Thursday, August 7, 2014

_The Hancock News_ Column- July 23,2014

Our dog, Calvin, has his quirks. Ever since he was a puppy, he has insisted on keeping a toy in his mouth most of the time. It’s as if he knows he wouldn’t be able to stop himself from chewing on or licking the people and things he loves. I appreciate that about him because he’s not once chewed on any of the children or their toys, which I cannot say is true in reverse.

Also a habit since puppyhood is his insistence on doing his business only in tall grass or weeds. While this makes it difficult for him when we’re staying in a hotel with a well-groomed parking lot, I certainly can’t complain about it since we have had relatively few instances of pooper-scooper patrol here at home.

One habit of Calvin’s I imagine is not unique at all in dogs is his love of napping. Morning, afternoon, or evening, you can find him sprawled out and snoozing in the middle of the hallway or in his favorite spot at his master’s feet. When it’s really hot, he finds a spot in front of an air conditioner vent.

In these dog days of summer, I feel just like Calvin. During the hottest times of the year, I want to flop down and do a bunch of nothing. Not only do I want to avoid the chore of cooking, but the hot stove makes me miserable. Who wants to make the air conditioner work harder by turning on the oven?

I don’t even feel like eating half the time. Regular food seems so heavy when the heat and humidity are already pressing down on me. Fresh fruits and vegetables are light and appealing, but cleaning, peeling, chopping, slicing, dicing, and dressing is more than my sun-drained brain and body can handle. Of course, we have to eat, so prepare the food we must.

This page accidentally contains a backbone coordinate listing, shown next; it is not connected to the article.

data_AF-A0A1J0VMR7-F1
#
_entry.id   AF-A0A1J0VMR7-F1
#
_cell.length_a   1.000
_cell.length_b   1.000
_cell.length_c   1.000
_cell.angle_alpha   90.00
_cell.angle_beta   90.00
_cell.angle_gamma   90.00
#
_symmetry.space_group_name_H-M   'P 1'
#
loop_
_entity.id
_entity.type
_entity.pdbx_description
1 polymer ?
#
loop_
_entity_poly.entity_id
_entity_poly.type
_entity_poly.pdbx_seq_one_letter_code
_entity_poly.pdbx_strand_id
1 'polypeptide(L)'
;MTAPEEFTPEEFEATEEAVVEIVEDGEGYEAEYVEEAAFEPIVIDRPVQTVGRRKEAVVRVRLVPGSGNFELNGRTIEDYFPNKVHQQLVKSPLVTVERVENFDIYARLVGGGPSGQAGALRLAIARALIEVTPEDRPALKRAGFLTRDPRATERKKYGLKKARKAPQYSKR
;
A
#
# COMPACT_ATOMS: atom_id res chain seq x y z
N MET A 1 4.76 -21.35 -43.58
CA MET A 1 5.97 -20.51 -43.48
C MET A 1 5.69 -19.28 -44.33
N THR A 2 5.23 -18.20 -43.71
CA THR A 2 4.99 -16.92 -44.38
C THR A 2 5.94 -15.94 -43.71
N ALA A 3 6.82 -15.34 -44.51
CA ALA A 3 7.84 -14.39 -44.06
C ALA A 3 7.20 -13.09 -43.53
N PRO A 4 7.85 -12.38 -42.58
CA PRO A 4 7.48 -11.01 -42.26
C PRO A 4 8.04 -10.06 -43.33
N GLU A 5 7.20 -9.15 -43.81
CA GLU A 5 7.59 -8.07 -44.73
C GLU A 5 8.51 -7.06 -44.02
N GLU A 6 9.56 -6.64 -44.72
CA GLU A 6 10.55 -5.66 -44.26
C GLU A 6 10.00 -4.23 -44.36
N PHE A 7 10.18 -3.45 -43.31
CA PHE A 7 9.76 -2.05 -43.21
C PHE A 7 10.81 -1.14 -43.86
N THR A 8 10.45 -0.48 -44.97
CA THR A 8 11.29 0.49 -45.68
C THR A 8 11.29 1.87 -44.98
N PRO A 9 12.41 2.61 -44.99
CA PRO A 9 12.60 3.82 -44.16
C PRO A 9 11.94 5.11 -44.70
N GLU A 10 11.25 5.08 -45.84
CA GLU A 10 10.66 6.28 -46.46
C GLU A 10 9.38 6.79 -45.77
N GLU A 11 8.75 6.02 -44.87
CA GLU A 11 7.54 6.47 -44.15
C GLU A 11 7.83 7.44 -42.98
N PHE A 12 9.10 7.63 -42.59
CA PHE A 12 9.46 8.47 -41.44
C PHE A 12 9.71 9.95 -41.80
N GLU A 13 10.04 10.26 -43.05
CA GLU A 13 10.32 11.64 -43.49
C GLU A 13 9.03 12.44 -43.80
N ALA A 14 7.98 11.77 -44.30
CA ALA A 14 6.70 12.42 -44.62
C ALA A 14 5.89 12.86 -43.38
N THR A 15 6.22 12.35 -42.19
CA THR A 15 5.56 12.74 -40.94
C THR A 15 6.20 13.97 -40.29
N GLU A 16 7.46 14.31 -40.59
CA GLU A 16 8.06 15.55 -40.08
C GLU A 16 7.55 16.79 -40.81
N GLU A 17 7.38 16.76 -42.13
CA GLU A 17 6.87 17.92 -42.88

There is one summer delight that is both light, cool, and simple. Yes, it is so easy that even the novice who can’t boil water can make it. You don’t have to turn the stove on or dirty a knife. The only equipment you need is a large glass jar.
It’s sun tea, and while man cannot live on tea alone, sipping a cool glass of iced tea with supper or while sitting on the porch is a gratifying reward for laboring over a hot stove making the food.


The recipe for making sun tea is inexact. You can tailor it to your own tastes. You may use regular tea, herbal tea, or a mix of the two. You can use bagged or loose tea, but make sure if you use loose tea to pour the finished tea through a strainer before drinking it. 

Any sweetener you like can be used in whatever amount you prefer. However, unlike brewed iced tea, I’ve never had sun tea have any bitterness which makes it especially suited to needing no sweetener at all. 

Summer Sun Tea

1 gallon of water in a large glass jar
5-7 tea bags (or equivalent of loose tea)
Sweetener of your choice (optional)

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